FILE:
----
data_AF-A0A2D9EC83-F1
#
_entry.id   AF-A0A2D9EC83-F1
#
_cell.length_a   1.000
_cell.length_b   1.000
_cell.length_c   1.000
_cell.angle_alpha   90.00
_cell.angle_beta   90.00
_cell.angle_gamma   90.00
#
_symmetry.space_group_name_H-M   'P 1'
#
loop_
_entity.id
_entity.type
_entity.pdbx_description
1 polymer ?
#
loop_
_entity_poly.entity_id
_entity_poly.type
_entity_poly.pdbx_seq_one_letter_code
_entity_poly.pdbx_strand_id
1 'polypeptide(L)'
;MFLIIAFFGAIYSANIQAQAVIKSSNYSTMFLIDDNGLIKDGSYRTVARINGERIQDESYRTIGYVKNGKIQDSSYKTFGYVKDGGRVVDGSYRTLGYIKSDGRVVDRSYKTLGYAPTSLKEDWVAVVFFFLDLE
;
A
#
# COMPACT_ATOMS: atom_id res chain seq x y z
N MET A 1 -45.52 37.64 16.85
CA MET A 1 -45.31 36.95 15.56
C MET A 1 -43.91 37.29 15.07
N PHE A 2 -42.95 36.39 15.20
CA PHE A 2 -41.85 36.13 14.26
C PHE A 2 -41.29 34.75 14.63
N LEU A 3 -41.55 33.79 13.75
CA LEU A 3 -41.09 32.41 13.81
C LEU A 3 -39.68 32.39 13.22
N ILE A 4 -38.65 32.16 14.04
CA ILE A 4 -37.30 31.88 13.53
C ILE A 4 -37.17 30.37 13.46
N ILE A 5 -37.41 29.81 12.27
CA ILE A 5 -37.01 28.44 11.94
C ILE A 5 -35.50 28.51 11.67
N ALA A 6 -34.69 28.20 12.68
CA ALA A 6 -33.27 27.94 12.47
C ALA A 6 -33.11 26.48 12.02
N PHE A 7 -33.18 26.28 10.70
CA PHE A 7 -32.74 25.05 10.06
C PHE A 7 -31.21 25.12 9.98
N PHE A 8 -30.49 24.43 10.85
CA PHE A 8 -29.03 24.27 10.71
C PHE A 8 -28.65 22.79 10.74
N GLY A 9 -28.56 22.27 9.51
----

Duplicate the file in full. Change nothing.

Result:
data_AF-A0A2D9EC83-F1
#
_entry.id   AF-A0A2D9EC83-F1
#
_cell.length_a   1.000
_cell.length_b   1.000
_cell.length_c   1.000
_cell.angle_alpha   90.00
_cell.angle_beta   90.00
_cell.angle_gamma   90.00
#
_symmetry.space_group_name_H-M   'P 1'
#
loop_
_entity.id
_entity.type
_entity.pdbx_description
1 polymer ?
#
loop_
_entity_poly.entity_id
_entity_poly.type
_entity_poly.pdbx_seq_one_letter_code
_entity_poly.pdbx_strand_id
1 'polypeptide(L)'
;MFLIIAFFGAIYSANIQAQAVIKSSNYSTMFLIDDNGLIKDGSYRTVARINGERIQDESYRTIGYVKNGKIQDSSYKTFGYVKDGGRVVDGSYRTLGYIKSDGRVVDRSYKTLGYAPTSLKEDWVAVVFFFLDLE
;
A
#
# COMPACT_ATOMS: atom_id res chain seq x y z
N MET A 1 -45.52 37.64 16.85
CA MET A 1 -45.31 36.95 15.56
C MET A 1 -43.91 37.29 15.07
N PHE A 2 -42.95 36.39 15.20
CA PHE A 2 -41.85 36.13 14.26
C PHE A 2 -41.29 34.75 14.63
N LEU A 3 -41.55 33.79 13.75
CA LEU A 3 -41.09 32.41 13.81
C LEU A 3 -39.68 32.39 13.22
N ILE A 4 -38.65 32.16 14.04
CA ILE A 4 -37.30 31.88 13.53
C ILE A 4 -37.17 30.37 13.46
N ILE A 5 -37.41 29.81 12.27
CA ILE A 5 -37.01 28.44 11.94
C ILE A 5 -35.50 28.51 11.67
N ALA A 6 -34.69 28.20 12.68
CA ALA A 6 -33.27 27.94 12.47
C ALA A 6 -33.11 26.48 12.02
N PHE A 7 -33.18 26.28 10.70
CA PHE A 7 -32.74 25.05 10.06
C PHE A 7 -31.21 25.12 9.98
N PHE A 8 -30.49 24.43 10.85
CA PHE A 8 -29.03 24.27 10.71
C PHE A 8 -28.65 22.79 10.74
N GLY A 9 -28.56 22.27 9.51